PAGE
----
Five lessons of theatre directing applied to pitching

Who would have thought one of my most popular posts this year was “Lessons of theatre directing applied to marketing”? Well, like any good capitalist, based on this surprise success, I’ve written a sequel!

Five lessons of theatre directing applied to pitching:

1. “It’s essential to reinvent on stage night after night…re-mint each moment…the actor has to send a frightening jolt through the air…” (paraphrasing Sir Anthony Sher)

This makes a lot of sense when applied to a two-stage pitch.  Even when the potential client says to just present the same deck to his wider team of colleagues, ignore them.  Even if they don’t say it or even think it, they will be expecting something fresh.  To see that you are endlessly creative and
hungry, and to simply keep them interested. When asked to re-present a pitch, NEVER just re-present a pitch.

2. “At the start all the students are so keen to act that they throw themselves in irrespective of motivation. In doing so, they overlook the other players and fail to act WITH them” (Jacques Lecoq)

In any pitch you need to decide the key 1, 2 or 3 things you want the client to take away from it.  Then the whole pitch team, even if covering wildly different elements in the pitch, must all act WITH each other to drive what is said towards those same key take-outs.

3. “The most beautiful pauses are those which are the continuation of something, and then the turning point or preparation for… a new action” (maybe a Chekhov quotation)

The pitcher should not underestimate the power of a well-earned or pregnant pause between sections of, or thoughts in, a pitch.  The listener needs time to breathe between ideas, to fully absorb what they are hearing.  If you want the client to take in key points in your pitch, bracketing them off with pauses, or even saying a phrase such as ‘remember this one key point’, can make a real difference.

4. Ban the words ‘good’ and ‘bad’ from rehearsals: they are subjective and meaningless. Acting is either effective or enjoyable to watch – and you must inform the actor exactly when and why – this removes value judgment from the rehearsal process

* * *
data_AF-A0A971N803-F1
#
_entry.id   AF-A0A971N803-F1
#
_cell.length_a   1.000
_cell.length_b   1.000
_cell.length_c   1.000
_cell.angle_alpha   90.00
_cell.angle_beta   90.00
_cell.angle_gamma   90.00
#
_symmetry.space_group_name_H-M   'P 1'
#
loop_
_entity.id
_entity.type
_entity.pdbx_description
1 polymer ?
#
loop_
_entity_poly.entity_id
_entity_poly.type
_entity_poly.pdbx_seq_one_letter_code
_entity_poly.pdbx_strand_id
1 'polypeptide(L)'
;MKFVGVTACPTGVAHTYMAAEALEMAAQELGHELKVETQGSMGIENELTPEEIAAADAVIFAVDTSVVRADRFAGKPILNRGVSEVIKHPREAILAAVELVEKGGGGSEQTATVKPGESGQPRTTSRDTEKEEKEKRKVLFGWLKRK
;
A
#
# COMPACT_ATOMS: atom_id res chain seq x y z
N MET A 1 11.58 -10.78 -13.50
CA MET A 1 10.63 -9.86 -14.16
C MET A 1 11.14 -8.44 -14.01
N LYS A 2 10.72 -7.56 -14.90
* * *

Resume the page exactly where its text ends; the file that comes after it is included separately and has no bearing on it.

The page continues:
When feeding back to colleagues during pitch rehearsals or even pitch ideas brainstorms, if you can’t say why something doesn’t feel right, or what might work better, then keep stoom. Seriously, what use is your feedback if it is not precise, detailed and action-orientated?  If you can’t see WHEN it goes wrong or WHAT it is that’s going wrong, keep your mouth shut and listen, or watch again until you can.  So when you think: “The opening of the pitch wasn’t dramatic enough”, you need to say: “Can you try starting the pitch at a slower pace and louder”.

As the actor Michael Bryant said, when the director and writer David Hare was telling him generally how the scene should feel, instead of what he needed to do in a detailed and precise way: “Yes that’s very interesting David, but what’s my note!?”

5. “90% of directing is casting” (old adage)

Assemble the right pitch team – you can lose it before you have begun otherwise.

Finally, the greatest directorial advice you can apply to your finished pitch, is from the German director Michael Thalheimer, who said: “distill the play in order to focus and concentrate it.  Avoid everything unnecessary onstage…you want the audience to understand through the senses initially – not the intellect.”

And a piece of advice from a theatre director that can serve any senior level PR well in their career is to remember: “People are too good to impose our little egos on” (Joan Littlewood).

You can read the prequel to this post here.

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